World Library  
Flag as Inappropriate
Email this Article

Mahalo Answers

Article Id: WHEBN0020880339
Reproduction Date:

Title: Mahalo Answers  
Author: World Heritage Encyclopedia
Language: English
Subject: Knowledge market
Collection:
Publisher: World Heritage Encyclopedia
Publication
Date:
 

Mahalo Answers

Mahalo.com Incorporated
Type Internet
Foundation date 2007
Headquarters Santa Monica, California, U.S.
Founder(s) Jason Calacanis
Key people Jason Calacanis, Founding CEO
Elliot C.R. Cook, COO
Bundy Kim, CTO
Revenue Unknown, Startup May 2007
Employees 20
Slogan(s) "Learn Anything"
Website Alexa rank negative increase 22,192 (November 2013)[1]
Type of site directory
Advertising Google AdSense
Available in English
Launched May 30, 2007
Current status beta test

Mahalo.com is a web directory (or human search engine) and Internet-based knowledge exchange (question and answer site) launched in alpha test in May 2007 by Jason Calacanis. It differentiates itself from algorithmic search engines like Google and Ask.com, as well as other directory sites like DMOZ and Yahoo! by tracking and building hand-crafted result sets for many of the currently popular search terms.[2][3] The company also develops mobile apps. Mahalo means "thank you" in Hawaiian.[4] Mahalo.com President Jason Rapp exited the company in September, 2012.[5]

Directory

Mahalo.com's directory contracts human editors to review websites and write search engine results pages that include text listings, as well as other media, such as photos and video. Each Mahalo search results page includes links to the top seven sites, as well as other categorized information, and additional web pages from Google.[3] The company also pays freelancers to create pages for piecework compensation. The pages are approved by contract quality control site members on the QC Team prior to appearing in the main index.[6][7]

Mahalo.com's approach is similar to that employed by Ask.com in 1998.

Mahalo.com started with the top 4,000 search terms in popular categories like travel, entertainment, cars, food, health care and sports and was adding about 500 more terms per week with the goal of covering the top 10,000 by the end of 2007.[2][3] This goal had been exceeded when, in December 2007, Mahalo announced that its index has reached 25,000 pages, a year earlier than expected.[8][9]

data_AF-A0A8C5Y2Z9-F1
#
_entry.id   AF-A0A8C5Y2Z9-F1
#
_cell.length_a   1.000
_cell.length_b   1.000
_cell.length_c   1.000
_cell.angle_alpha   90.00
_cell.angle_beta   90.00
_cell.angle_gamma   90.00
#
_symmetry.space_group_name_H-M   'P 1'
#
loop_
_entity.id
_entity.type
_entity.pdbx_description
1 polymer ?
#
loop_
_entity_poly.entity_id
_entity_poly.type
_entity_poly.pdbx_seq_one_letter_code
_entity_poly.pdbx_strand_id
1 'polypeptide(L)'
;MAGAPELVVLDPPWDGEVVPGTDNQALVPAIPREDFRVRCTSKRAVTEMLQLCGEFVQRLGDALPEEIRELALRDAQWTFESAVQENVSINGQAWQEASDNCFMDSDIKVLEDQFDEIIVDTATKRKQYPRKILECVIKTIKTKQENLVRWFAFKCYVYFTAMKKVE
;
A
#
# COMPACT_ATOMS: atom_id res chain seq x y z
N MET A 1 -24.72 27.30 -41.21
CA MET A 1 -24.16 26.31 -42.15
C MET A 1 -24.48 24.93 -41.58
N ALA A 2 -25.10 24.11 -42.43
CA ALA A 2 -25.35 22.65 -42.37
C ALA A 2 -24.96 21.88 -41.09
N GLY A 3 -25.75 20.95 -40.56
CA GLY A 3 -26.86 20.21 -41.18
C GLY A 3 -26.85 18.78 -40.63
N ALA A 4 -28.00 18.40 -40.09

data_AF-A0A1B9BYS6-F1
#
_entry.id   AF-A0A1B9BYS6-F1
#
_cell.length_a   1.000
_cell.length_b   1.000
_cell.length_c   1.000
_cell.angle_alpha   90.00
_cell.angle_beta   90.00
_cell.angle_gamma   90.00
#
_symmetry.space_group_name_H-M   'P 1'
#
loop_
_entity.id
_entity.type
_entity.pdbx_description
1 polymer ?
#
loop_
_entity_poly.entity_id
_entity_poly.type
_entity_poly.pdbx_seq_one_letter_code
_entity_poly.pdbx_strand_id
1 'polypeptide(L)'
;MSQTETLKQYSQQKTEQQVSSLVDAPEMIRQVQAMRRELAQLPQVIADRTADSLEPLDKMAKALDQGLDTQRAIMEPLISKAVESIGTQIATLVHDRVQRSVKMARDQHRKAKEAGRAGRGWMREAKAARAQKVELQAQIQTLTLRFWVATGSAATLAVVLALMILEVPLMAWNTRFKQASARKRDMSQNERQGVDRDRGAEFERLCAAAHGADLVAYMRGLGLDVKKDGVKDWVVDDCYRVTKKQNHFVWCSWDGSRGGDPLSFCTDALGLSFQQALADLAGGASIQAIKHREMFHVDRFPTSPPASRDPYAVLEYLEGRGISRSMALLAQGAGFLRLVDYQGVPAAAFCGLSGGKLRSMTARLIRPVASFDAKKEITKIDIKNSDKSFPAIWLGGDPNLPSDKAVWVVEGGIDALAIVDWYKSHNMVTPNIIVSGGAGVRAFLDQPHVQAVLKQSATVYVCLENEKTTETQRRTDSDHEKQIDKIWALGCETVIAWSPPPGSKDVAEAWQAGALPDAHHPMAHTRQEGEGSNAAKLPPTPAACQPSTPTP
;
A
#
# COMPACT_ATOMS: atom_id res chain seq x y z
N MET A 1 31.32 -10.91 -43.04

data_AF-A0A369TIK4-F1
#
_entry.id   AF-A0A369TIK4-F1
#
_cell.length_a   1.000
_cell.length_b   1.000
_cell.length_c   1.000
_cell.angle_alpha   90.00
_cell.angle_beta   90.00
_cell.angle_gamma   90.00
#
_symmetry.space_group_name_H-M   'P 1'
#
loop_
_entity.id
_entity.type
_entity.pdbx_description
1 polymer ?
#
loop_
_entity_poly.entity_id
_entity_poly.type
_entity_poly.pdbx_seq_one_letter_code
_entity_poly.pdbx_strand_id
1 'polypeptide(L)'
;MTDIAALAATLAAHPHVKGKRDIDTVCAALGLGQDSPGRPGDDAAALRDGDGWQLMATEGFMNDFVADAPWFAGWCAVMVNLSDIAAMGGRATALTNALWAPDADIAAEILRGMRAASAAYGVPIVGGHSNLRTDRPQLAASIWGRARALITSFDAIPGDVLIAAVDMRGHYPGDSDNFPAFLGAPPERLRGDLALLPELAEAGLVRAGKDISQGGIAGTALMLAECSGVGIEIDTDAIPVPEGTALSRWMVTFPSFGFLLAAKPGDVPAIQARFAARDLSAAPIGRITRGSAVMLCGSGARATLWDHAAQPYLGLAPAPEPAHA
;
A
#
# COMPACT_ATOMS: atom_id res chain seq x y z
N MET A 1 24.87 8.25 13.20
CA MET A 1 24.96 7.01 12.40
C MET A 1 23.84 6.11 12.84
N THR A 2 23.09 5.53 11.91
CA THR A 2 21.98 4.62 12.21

Mahalo.com also offers "how to" guides that contain instructions on popular topics in an editorial fashion. Mahalo.com will deliver results for less popular searches from Google.

Search results quality

Mahalo.com states its goal is to improve search results by eliminating search spam from low-quality websites, such as those that have excessive advertising, distribute malware, or engage in phishing scams.[10] Webmasters have a vested interest in seeing their sites listed. Jason Calacanis, the founder of Mahalo.com, has said that algorithmic search engines, like Google and Yahoo!, suffer from manipulation by search engine optimization practitioners. Mahalo.com's reliance on human editors is intended to avoid this problem by producing search results that are more relevant to the user.[2]

Mahalo Daily

Veronica Belmont was hired by Mahalo.com to produce a daily video show for the site. Her first video was an interview with Leeroy Jenkins. Belmont left Mahalo Daily in 2008 to co-host the Revision3 series Tekzilla.

After a month-long search, Belmont's replacement was announced on June 5, 2008. Former cable sports show host Leah D'Emilio won Mahalo Vlog Idol and co-hosted the show with Mahalo.com employee Lon Harris until leaving the show in March 2009.

Mahalo Daily produces a segment every Friday titled "This Week in YouTube". Since D'Emilio's departure from the show, Lon Harris has hosted the show with guest Shira Lazar.

Mahalo Answers

On December 15, 2008, Mahalo launched a new service called Mahalo Answers.[11] The service is similar to Yahoo! Answers in that it allows users to pose questions regarding a wide variety of subjects, and those questions will be answered by other users. A key difference between the two services is that Mahalo Answers allows questioners to give a monetary reward (called a "tip" on the site) to the user who provides the most helpful response.[12] Tips are paid using "Mahalo dollars", which are bought using PayPal, and, once earned, can then either be used to tip other users or be cashed in at the Mahalo Store. At one time, Mahalo Dollars could be converted to cash at a 75% exchange rate, but this ended in June 2010. Mahalo.com has launched revenue sharing to their Answers users, giving both asker and answerer a portion of Google AdSense money in the form of Mahalo Dollars that can be used only to purchase items in the Mahalo.com online store.[13]